The hot topic recently, lighting up blogs and fuelling the ping pong of Twitter debates, has been the inequalities endemic in cycling. The hand wringing, the scratching of heads, the unfathomable truths; how can it be that female riders are paid so little compared to men, why is women’s cycling practically ignored by the mainstream media? What can be done to correct these injustices? How do we move towards a fairer sporting world where everyone can live in harmony and draw a decent living wage from professionally pursuing their calling in the services of the great God of Sport?

No money, mo’ problems

Men’s professional cycling has been around for quite some time – the culture, folklore, infrastructure, fan base all well established. And yet it remains a minority sport in pretty much every country in the world except for maybe a couple of northern European exceptions. Only a handful of men, in an extraordinarily competitive and poorly rewarded profession, make a truly comfortable living, and even less end their career in the knowledge that their financial future is secure. Many teams – aside from the likes of Sky and Katusha – struggle for funding, many smaller races fight for their existence in the face of backers withdrawing funding.

And it is with this backdrop that we have calls for parity with men’s and women’s cycling – more money, more airtime, more column inches. It’s a noble aim, but with even the men’s sport poorly funded in all but the highest stratospheres, is it really feasible?

‘Aint no business like show business

Professional sport is not really sport at all; it’s entertainment paid for out of the marketing budgets of commercial organisations. The brand name on the team’s jersey is the reason any rider makes it to the start line. In fact, it’s the reason the start line exists in the first place. It may be painful to admit it, but the sport we all love only exists in its professional form because it helps a company sell floor tiles (Quick Step) or liquified gas products (Liquigas).

And so cycling is subject to the same principles of any business – supply and demand, profit and loss, taking care of the bottom line. If this whole system starts to break down then so does professional sport. Times change, the public’s tastes are fickle, the world moves on. Just as we’ve seen many professions throughout history become extinct, it’s conceivable that someday in the not-so-distant future, professional cycling will cease to exist.

Away from the spotlight

So women’s professional cycling is under funded, many riders not even paid, their races go practically unnoticed. I imagine this puts it on a par with most sports – whether they be male or female. How many obscure disciplines pop up during the Olympics? Where do all these people come from? How on earth do they possibly cope without the warm glow of the media spotlight shining on them for all but a few weeks every four years?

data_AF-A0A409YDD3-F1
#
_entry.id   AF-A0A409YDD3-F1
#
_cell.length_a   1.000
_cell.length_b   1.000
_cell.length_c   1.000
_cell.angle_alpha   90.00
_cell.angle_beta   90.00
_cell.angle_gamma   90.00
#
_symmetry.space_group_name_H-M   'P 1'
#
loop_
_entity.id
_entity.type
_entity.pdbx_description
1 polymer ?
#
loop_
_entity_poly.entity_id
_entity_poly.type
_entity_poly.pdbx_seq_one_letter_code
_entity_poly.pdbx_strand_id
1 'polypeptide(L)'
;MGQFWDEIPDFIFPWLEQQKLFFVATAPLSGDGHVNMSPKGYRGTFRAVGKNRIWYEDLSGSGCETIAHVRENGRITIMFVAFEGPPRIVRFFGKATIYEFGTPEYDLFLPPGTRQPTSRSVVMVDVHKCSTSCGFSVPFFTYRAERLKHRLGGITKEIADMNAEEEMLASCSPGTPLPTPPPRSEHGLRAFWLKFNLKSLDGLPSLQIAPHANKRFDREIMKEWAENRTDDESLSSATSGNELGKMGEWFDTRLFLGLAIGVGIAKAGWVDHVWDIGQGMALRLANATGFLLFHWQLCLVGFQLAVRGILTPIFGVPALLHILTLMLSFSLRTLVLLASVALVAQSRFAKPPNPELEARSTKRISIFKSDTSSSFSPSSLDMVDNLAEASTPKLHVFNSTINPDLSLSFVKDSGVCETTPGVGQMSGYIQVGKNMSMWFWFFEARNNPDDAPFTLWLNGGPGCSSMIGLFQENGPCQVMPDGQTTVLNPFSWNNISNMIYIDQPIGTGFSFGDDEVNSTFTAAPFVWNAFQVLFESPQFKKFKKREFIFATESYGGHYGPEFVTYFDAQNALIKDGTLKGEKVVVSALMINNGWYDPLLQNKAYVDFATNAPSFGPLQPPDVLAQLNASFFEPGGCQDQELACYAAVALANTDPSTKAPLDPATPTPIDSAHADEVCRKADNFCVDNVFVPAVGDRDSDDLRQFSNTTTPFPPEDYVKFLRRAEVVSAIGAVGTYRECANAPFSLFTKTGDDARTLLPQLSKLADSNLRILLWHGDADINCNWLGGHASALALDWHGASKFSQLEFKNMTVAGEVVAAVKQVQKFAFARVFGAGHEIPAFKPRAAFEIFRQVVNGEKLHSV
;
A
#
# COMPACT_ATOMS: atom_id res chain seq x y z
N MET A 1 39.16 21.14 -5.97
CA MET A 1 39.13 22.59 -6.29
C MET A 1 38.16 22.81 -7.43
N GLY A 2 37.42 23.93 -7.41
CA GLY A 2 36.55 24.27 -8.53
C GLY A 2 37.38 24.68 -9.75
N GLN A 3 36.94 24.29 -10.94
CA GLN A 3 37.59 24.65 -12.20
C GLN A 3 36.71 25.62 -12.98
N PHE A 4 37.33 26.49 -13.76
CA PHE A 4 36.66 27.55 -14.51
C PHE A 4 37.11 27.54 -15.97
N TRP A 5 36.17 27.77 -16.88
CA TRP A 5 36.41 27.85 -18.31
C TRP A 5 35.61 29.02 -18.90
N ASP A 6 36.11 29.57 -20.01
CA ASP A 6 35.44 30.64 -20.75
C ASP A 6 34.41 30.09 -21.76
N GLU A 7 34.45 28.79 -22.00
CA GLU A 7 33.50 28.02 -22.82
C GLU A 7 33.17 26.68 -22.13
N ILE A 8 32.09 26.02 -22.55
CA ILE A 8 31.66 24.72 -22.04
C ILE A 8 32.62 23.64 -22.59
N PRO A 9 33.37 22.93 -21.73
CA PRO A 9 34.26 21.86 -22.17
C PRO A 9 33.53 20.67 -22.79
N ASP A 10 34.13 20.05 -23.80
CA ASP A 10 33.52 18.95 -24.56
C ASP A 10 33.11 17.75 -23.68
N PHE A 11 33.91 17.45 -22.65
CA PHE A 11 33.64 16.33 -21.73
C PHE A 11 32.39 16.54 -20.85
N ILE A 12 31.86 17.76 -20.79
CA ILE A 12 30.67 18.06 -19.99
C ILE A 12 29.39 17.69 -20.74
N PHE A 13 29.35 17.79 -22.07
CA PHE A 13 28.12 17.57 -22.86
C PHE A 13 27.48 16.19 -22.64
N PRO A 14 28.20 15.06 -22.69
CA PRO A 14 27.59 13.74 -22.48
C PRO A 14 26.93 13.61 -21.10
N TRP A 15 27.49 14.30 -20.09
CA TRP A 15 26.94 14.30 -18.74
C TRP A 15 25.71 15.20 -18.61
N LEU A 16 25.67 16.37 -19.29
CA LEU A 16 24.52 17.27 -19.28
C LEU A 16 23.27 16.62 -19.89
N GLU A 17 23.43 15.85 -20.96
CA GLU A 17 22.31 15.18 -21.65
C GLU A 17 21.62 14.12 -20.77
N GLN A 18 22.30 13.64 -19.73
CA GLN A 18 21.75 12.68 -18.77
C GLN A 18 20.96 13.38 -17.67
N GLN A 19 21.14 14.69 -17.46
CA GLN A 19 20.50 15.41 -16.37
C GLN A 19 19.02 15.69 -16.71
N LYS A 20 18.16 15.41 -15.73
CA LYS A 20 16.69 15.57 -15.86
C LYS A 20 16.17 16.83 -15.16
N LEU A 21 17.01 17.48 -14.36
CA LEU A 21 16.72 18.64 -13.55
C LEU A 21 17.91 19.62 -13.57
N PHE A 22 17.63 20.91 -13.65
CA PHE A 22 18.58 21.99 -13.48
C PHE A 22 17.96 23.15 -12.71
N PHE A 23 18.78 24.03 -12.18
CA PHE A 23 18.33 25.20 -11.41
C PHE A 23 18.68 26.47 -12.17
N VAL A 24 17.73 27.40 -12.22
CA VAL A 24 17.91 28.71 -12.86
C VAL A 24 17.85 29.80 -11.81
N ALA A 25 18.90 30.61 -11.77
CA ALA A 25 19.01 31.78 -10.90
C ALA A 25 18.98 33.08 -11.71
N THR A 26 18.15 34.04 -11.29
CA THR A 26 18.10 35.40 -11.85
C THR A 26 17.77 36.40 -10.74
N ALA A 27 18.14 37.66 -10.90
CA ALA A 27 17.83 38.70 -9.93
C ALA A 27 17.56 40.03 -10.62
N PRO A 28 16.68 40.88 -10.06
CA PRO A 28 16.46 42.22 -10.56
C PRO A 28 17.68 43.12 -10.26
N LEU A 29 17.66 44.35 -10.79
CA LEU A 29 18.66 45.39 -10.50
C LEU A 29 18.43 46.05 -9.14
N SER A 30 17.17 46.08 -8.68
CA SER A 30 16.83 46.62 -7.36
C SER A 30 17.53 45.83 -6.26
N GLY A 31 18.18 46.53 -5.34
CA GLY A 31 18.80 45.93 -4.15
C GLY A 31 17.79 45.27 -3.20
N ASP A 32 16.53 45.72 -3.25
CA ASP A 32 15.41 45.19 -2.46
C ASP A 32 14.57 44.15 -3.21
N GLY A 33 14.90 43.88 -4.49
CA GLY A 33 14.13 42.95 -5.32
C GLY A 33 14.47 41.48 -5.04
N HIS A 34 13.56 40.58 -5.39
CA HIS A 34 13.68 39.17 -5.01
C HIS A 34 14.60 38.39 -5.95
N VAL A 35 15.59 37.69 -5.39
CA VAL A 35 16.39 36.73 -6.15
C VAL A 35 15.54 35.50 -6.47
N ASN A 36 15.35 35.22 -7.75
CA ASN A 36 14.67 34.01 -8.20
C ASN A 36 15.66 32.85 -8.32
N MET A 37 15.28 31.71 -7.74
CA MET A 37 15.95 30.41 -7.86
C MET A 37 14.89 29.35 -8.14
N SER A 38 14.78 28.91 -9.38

I wonder just how many professional athletes there are in this country who make their living solely from playing sport? And should this matter? What’s wrong with being an amateur? If no one is watching, no one is paying for entry to your sporting event, no TV cameras are trained on your performances, then just how are you expecting to earn your living?

Women’s cycling fails to feature in the mainstream press, and even in the cycling media, simply because there is a lack of demand. There is obviously debate to be had as to why this should be, but the media are in the game of selling a product and appealing to the widest possible audience. It’s why Premiership football dominates the newspapers back pages – cycling in any form rarely gets a look-in. It would be great to see more women’s racing on the TV, but who’s going to pay for that? The costs of filming the Tour de France for example are huge, and only possible due to the incredible popularity of the event. Obviously filming can be achieved on a smaller budget, but it means no live coverage and a more limited perspective on the action.

Welcome to our world

Most people reading this blog will not be paid to ride their bikes, though many of us would love to. Many of us train hard, having to juggle the demands of a job and family. Not only do we not get paid, but cycling is not a cheap sport to compete in, it can be a real drain on our financial resources. But do we complain? Do we despair at the injustice? No, we get on with it. In fact, we love it.

Getting paid to ride your bike, or indeed to earn a living pursuing what most consider a hobby, is a real privilege, and certainly not a right, no matter how good you are at it. And that goes for both men and women.

What matters is participation. Get rid of the professionals and our sport will still survive. Because the sport is about us, it’s about the weekend warriors, the 4th cat veterans, the elite women, the men riding Premier Calendar events while working a full time job. The joy of cycling is hopping on your bike and enjoying the freedom, suffering, over coming the odds and the terrain.

Locally, women’s cycling is noticeably on the increase – there’s almost as many women lapping Richmond Park at the weekend than there are men, the London Womens Cycle Racing league returns for its second year and is likely to see increased participation and support. I’d rather see ordinary women and girls discovering the wonders of cycling, than caring about whether a minority of athletes are paid to ride their bikes, or whether it is proportionally represented on Eurosport. But who knows, as participation at the grassroots grows, the demand to watch professional women’s racing may grow too?

But if you’re picking up a bike with ambitions of fame and fortune, then you’ve chosen the wrong profession. Cycle because you love it, not because you want millions of people to watch you do it.

Photograph of Emma Pooley winning La Fléche Wallonne in 2010 from Cycling News